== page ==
Alone in the Dark Review – Southern Discomfort

Guinness World Records Gamer’s Edition states that Alone in the Dark from 1992 was the “first-ever 3D survival horror game”. Those sweet summer children forgot about 3D Monster Maze, the most frightening game of 1981, but that is to be expected after this many decades. The bigger question about Alone in the Dark is why the heck it never managed to take off. Compared to all the Residents Evils and Silent Hill sequels from the past decades, all subsequent AitD games tanked more than tank controls of old. Poltergeist curse, bad luck, or flawed selection of development teams? Someone should probably do a Ph.D. dissertation about it.

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THQ Nordic, never stranger to interactive archeological necromancy, decided to give it another shot. There’s enough collective remembrance and nostalgia that justifies making the modern sequel. With this fresh Alone in the Dark, they didn’t try to reinvent the wheel. Instead, they went with a tried and tested approach virtually identical to last year’s Resident Evil 4 remake. Creating a classic survival horror experience, rich in puzzles and combat and presented in an over-the-shoulder third-person format won’t get them many accolades for innovation, but considering that stupid experiments ruined all previous attempts to resuscitate Alone in the Dark, a conservative approach makes more sense.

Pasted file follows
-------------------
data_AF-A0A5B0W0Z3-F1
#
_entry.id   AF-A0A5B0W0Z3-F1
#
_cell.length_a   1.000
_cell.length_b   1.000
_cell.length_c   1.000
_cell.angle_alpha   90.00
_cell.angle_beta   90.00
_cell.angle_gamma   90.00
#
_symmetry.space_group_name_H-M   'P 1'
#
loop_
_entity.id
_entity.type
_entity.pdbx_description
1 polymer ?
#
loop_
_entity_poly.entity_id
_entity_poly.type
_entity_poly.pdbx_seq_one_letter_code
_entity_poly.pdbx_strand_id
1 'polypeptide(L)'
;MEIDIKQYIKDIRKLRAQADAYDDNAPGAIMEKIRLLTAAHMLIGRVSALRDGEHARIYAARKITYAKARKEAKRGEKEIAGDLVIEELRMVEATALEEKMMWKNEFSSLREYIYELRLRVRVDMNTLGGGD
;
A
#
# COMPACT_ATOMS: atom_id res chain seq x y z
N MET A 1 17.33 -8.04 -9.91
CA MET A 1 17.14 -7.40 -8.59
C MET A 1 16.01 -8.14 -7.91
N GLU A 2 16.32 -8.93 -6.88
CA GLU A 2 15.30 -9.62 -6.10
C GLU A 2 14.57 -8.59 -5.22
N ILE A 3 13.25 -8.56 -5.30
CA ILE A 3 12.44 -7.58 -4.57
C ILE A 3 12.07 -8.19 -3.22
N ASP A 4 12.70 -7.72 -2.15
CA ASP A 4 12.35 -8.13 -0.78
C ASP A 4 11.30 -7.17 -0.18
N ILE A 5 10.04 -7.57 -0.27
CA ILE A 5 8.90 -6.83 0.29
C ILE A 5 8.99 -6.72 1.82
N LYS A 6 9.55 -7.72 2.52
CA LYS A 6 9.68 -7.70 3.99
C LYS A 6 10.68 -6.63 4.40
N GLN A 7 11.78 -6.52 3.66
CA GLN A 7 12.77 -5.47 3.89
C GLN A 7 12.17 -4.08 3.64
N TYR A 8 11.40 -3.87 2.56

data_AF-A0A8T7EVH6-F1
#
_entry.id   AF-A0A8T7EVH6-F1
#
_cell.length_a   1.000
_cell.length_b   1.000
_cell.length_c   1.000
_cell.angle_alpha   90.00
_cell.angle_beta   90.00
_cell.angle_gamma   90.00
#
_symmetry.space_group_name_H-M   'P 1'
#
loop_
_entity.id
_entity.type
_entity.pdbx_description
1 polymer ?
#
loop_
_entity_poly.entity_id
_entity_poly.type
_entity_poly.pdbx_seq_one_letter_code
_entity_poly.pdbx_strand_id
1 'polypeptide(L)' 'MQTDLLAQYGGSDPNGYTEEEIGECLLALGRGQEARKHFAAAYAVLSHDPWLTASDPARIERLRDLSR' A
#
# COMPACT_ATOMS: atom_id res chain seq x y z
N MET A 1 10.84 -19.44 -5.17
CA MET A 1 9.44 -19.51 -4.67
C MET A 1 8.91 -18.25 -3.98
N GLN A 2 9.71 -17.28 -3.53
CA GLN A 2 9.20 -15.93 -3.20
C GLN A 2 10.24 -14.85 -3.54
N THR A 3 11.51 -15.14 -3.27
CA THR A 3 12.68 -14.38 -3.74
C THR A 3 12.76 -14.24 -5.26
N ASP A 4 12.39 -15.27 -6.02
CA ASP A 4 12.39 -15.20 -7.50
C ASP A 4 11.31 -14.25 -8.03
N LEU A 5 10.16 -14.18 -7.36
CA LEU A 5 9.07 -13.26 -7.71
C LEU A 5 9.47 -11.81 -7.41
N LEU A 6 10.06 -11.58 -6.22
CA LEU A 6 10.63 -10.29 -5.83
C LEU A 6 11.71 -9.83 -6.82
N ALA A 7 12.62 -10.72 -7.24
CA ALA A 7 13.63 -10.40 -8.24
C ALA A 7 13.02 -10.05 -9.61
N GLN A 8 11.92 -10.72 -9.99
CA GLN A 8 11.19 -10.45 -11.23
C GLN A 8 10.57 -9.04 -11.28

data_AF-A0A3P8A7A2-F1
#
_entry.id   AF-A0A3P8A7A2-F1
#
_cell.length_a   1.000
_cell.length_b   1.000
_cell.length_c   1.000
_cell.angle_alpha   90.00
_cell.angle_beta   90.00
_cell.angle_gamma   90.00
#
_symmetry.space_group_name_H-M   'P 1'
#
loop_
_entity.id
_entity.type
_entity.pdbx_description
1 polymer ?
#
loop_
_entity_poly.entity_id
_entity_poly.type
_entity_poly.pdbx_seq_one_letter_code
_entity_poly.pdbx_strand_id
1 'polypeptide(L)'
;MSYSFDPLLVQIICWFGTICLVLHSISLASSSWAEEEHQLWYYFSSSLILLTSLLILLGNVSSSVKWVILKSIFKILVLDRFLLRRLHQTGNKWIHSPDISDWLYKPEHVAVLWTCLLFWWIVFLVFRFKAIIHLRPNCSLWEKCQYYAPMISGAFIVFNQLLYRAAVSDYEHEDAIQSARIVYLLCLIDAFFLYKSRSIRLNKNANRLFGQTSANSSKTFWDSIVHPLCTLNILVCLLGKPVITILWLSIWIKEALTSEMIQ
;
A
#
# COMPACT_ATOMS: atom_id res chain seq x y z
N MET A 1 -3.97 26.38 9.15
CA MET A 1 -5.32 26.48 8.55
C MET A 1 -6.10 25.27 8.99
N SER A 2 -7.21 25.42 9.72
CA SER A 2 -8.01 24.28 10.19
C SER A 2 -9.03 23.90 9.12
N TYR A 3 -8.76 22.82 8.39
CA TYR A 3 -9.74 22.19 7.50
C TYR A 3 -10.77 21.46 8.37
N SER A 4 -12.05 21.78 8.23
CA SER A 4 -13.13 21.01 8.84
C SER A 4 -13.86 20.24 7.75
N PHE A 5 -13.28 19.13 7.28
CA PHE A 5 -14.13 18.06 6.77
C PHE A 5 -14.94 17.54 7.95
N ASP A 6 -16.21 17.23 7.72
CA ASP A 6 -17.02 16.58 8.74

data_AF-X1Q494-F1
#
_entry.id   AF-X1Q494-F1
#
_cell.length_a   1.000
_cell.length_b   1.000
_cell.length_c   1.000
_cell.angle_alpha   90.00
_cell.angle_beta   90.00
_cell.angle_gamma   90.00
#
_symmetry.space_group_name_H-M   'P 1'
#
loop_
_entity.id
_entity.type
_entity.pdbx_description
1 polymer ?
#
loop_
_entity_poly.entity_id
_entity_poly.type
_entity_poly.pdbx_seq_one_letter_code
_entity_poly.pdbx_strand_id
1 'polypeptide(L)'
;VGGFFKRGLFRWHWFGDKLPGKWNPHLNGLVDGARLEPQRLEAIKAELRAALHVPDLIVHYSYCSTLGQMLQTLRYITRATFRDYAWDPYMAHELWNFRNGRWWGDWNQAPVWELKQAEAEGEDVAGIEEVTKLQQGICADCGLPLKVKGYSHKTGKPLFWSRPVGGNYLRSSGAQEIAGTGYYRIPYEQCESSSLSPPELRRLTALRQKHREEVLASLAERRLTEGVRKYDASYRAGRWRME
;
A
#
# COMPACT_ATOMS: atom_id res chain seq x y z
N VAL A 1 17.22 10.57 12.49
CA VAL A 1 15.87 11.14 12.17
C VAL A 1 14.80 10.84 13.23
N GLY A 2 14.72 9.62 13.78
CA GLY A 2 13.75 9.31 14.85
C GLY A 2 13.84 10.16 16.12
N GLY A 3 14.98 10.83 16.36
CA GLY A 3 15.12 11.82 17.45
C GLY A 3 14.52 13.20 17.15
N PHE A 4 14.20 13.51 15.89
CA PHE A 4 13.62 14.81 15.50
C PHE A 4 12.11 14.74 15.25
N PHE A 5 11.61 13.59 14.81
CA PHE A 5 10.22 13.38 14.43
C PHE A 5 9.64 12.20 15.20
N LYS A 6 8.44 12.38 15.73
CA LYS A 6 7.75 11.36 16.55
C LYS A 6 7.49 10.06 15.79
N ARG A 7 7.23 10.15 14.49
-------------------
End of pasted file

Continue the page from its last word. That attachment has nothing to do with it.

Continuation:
One and a half story with optional extra endings

Alone in the Dark review characters

This time around, the developer brought heavy artillery into the mix. Jodie Comer (Killing Eve, Free Guy) and David Harbour (Stranger Things, Black Widow) are Emily Hartwood and Edward Carnby. Mr. Carnby is a private investigator from New Orleans, hired by Mrs. Hartwood to find her missing uncle Jeremy. The poor uncle, suffering from psychological trauma, was seeking solace in Derceto, an asylum for “mentally fatigued”. Said facility is situated outside civilization, right in the middle of the massive bayou in Louisiana, a locale traditionally associated with cults, crazy, and inbreeding.